Universal and Cross-Cultural Models of Grief

After the loss of a loved one, people often enter a period of bereavement filled with grief and mourning of the person they have just lost. Many people experience grief, but the scientific community is yet to make a universal model for grief. Grieve is experienced in different ways. In different cultures, the bereaved have different practices, ceremonies, and ways of coping with grief. Some forms of grief are controversial and others are seen as unhealthy. There is still much more to be known about grief. As research has been done on the topic, they have found more about how grief is similar and different between people. We argue that grief, although experienced in similar patterns, is not able to be put into a universal model. One’s experience of grief is unique to them and is influenced by many factors. Making a universal model for death is not what is needed in further research of this topic.

People experiencing bereavement often experience some form of emotional symptoms and physical symptoms including increased irritability, numbness, bitterness, detachment, preoccupation with loss, inability to show or experience joy, digestive problems, fatigue, headaches, chest pain, and sore muscles during their period of grief.[1] This raises the question, is there physical evidence of grief in the body?

Saavedra Pérez et al. showed that there may be a change in cognitive function during grief. However, they used a small sample of people that they classify as experiencing complicated grief (now classified as Prolonged Grief Disorder in the dsm-5). He studied how people experiencing “complicated grief” performed on cognitive testing (Mini-Mental State Examination, Letter–Digit Substitution Test, Stroop Test, Word Fluency Task, word learning test – immediate and delayed recall) while looking at total brain volume. His results showed that when people experience “complicated grief” they have lower cognitive ability and smaller overall brain volume.[2]

Other researchers including Peter Freed, Ted Yanagihara, Joy Hirsch, and John Mann have looked to see if there is a short term change in neural pathways to explain some symptoms of grief experienced. They had 20 recently bereaved subjects rate the amount of interfering thoughts related to their deceased loved one versus their ability to avoid those thoughts. During the experiment, subjects completed an Emotional Stroop (ES) task that contained words relating to the deceased and control words. The team of experimenters measured reaction time and used functional magnetic resonance imaging (fMRI). The second part of the experiment consisted of subjects visualizing the death of the deceased and rating the emotions elicited. Results of the study showed that there was an attentional bias toward words pertaining to the deceased that correlated with an increase in activity in the amygdala, insula, dorsolateral prefrontal cortex (FLPFC). The increase in brain activity in these regions corresponds with the sadness intensity, a double dissociation between grief style, intrusiveness, avoidance, and lower ability to complete tasks.[3]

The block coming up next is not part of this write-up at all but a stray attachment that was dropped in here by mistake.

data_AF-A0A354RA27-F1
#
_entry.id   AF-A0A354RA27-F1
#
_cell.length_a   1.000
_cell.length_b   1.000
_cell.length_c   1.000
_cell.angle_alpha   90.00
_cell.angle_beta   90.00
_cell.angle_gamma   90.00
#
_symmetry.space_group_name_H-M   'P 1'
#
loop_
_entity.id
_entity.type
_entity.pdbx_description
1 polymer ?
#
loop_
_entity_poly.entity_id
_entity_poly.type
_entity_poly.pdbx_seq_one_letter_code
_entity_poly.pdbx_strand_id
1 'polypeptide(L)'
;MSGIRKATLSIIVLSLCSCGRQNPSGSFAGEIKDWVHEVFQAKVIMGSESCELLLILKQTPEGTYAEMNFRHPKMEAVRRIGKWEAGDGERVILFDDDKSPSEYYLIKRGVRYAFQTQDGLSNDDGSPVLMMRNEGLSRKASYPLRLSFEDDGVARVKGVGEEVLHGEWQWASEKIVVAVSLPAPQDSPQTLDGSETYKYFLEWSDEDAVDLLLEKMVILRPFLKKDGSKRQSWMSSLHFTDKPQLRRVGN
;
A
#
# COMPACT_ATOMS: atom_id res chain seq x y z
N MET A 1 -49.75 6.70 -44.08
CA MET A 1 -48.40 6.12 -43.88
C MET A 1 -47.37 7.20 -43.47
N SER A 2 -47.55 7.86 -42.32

Since there is some evidence to indicate that grief is in part a biological function, some might look to doctors as experts on what grief is and how to manage grief. However, Margaret Stroebe Henk Schut, and Kathrin Boerner criticize physicians aiding grieving patients and their use of the stages of grief model. They draw attention to the intent of Elisabeth Kübler-Ross’s model which was for the terminally ill. Elisabeth Kübler-Ross’s was adapted from Bowlby and Parkes’ theory which consisted of 4 stages of grief.

5 stages of grief model expanded

https://www.researchgate.net/publication/307949910_Emotionally_sustainable_change_two_frameworks_to_assist_with_transition [4]